Birmingham has been hit by an outbreak of store wars, with House of Fraser lodging a formal objection to John Lewis’s plan to open in the city.
The city council has been warned it will breach its own planning policies if a £100 million John Lewis department store at the New Street Station Gateway scheme goes ahead.
According to House of Fraser, which has a landmark outlet in Corporation Street, the city’s Core Strategy development plan states that future major retail development in Birmingham will be confined to the Bull Ring area and Martineau Galleries in the north-east of the city centre.
The policy envisages that land around New Street Station will be reserved for mixed-use development or niche retail.
House of Fraser wants the city planning committee to delay a decision on John Lewis’s application until the Core Strategy is tested at a public inquiry next year.
In a letter to the planners, the store says: “The principal shopping streets in Birmingham are High Street, New Street and Corporation Street, which are anchored by Martineau Place, House of Fraser and the Bull Ring/Pallasades. The proposed development store will be a new destination to the south of the existing retail core and will detract from the retail circuit.”
The objection is the latest hiccup threatening to delay the John Lewis proposal.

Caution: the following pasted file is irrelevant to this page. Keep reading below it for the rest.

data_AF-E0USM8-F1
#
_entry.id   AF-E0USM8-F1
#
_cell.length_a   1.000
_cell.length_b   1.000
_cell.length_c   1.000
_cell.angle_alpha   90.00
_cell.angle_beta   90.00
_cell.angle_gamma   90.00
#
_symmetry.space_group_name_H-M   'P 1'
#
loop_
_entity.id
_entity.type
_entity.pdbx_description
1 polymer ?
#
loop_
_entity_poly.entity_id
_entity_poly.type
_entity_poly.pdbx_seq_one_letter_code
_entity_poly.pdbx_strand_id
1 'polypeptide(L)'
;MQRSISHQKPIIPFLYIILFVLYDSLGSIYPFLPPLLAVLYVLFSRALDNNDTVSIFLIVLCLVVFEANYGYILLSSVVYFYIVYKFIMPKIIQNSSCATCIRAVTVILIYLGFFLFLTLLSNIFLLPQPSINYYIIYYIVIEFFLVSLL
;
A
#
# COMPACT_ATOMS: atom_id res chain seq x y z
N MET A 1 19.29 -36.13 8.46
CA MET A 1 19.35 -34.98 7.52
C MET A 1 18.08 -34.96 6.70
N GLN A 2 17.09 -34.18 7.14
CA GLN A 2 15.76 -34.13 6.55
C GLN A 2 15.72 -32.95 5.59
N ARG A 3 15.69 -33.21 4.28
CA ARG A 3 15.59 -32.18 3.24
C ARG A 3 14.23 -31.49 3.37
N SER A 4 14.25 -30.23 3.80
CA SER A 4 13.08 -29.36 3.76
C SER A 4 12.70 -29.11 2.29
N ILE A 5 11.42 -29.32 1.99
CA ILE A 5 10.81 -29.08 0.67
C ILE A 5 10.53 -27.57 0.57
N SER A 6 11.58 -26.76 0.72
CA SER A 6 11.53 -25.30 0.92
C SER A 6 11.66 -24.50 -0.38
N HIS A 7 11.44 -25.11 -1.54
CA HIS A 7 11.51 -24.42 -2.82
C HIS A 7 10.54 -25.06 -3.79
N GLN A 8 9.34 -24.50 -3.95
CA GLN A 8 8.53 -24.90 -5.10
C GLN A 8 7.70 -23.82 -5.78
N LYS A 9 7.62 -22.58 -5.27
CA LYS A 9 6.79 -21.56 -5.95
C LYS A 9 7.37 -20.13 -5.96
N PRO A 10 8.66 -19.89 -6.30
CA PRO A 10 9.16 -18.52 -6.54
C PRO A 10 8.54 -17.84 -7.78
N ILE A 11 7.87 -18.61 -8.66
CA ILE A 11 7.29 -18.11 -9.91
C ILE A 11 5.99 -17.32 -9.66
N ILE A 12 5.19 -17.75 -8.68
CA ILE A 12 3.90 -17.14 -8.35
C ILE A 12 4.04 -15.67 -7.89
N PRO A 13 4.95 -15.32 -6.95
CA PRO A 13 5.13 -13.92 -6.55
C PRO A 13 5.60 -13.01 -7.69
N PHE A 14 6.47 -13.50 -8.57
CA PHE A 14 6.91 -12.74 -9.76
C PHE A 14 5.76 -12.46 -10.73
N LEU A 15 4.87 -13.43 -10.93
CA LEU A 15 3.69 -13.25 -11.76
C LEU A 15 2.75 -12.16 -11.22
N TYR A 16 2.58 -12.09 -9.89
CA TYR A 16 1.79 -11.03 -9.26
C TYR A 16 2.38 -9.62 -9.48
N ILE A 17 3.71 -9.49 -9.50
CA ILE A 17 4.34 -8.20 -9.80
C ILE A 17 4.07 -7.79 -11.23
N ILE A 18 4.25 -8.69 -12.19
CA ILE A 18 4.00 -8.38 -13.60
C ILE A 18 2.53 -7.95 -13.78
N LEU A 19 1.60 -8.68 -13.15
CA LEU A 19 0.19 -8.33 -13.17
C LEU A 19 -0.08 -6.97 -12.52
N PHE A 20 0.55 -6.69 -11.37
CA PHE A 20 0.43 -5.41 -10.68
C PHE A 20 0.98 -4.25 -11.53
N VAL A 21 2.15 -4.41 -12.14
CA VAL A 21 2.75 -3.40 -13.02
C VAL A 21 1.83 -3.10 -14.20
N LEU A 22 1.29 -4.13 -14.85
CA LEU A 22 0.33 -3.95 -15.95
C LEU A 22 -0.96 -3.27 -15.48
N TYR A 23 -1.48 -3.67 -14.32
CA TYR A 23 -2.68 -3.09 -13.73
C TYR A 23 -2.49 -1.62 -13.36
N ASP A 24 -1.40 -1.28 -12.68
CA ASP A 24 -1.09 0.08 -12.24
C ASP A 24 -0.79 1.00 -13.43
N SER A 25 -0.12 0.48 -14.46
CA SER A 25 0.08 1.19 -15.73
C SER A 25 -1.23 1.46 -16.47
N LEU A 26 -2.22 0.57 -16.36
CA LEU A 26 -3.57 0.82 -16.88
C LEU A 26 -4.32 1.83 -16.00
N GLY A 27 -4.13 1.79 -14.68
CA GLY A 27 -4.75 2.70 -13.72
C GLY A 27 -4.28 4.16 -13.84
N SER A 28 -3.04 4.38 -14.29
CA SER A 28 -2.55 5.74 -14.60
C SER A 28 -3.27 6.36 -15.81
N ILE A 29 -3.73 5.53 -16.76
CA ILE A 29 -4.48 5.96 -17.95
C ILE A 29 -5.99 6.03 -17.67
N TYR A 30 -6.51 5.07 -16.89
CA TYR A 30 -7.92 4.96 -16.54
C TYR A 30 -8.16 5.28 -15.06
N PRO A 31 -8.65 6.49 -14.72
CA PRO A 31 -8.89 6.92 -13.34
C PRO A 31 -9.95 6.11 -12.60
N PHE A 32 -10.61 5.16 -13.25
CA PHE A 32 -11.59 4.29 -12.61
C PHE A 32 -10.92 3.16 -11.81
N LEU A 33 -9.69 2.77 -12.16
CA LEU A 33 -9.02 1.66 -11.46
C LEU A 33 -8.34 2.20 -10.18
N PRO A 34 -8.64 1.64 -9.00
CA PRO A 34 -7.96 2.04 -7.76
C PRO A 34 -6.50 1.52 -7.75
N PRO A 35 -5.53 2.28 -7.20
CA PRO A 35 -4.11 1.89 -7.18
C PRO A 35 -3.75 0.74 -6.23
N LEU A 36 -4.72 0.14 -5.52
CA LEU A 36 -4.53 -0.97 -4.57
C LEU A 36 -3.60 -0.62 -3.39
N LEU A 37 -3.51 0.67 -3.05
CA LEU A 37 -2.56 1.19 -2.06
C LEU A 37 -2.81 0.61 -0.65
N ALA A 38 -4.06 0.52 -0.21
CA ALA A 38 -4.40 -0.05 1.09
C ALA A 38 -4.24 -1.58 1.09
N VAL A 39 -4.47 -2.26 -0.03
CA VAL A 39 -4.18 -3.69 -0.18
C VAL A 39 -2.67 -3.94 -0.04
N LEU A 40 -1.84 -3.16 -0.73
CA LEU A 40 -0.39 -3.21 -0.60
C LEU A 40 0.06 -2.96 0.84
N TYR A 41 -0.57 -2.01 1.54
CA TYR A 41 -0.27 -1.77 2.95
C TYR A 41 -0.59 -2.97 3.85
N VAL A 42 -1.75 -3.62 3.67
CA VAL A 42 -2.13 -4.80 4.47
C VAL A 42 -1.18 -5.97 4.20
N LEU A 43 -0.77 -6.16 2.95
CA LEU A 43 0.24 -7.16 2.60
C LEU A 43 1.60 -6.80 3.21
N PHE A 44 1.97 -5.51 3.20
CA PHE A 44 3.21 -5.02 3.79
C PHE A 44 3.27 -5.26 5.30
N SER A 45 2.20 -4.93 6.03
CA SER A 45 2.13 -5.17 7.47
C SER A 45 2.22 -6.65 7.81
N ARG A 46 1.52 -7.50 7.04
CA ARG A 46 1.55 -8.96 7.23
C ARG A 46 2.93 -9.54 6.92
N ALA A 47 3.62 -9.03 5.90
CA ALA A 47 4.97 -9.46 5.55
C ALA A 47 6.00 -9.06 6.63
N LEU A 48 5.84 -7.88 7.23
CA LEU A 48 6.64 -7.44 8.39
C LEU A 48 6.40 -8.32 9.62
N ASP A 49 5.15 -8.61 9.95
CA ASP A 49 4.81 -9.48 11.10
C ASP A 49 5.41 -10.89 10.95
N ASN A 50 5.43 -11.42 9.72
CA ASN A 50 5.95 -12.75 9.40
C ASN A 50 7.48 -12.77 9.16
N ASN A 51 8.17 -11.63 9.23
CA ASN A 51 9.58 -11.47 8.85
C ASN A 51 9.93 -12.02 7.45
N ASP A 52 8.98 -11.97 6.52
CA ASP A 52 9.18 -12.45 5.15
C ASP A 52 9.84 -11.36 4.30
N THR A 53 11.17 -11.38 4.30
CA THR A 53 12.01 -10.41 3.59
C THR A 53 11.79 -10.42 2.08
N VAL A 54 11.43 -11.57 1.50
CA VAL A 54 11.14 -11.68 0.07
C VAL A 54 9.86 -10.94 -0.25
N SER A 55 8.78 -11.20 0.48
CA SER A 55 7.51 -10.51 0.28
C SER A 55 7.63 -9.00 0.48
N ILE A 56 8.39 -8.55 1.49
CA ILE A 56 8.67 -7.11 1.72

The city council is involved in a High Court legal battle with retailers Argos, which is fighting to stop its store at the Pallasades shopping centre from being compulsorily purchased and demolished to make way for John Lewis.
Lawyers for Argos claim designs for New Street Gateway have changed dramatically since 2007, when the retailer was told it would be able to carry on trading from its current site with minimum disruption as two new tower blocks were built.
But the tower blocks proposal disappeared two years ago when the property market collapsed, to be replaced by a major department store.
The John Lewis application is expected to be considered by the planning committee next Thursday.
Planning officer David Wells is recommending approval.
He said the Core Strategy development plan, although relevant, has “little weight” because it is in draft form.
Mr Wells added: “Whilst I note the objections of Argos and House of Fraser, I am of the view that the proposal is consistent with the overall approach set out in the Development Plan.”
Reports before the committee reveal that the four-storey 250,000 sq ft John Lewis store will create an additional 127 jobs.
When announcing the store’s decision to come to Birmingham, the city council said John Lewis would create 650 jobs at its store.
But when the effect of jobs lost through demolishing eight stores in the Pallasades is taken into account, the net number of new jobs falls to 127.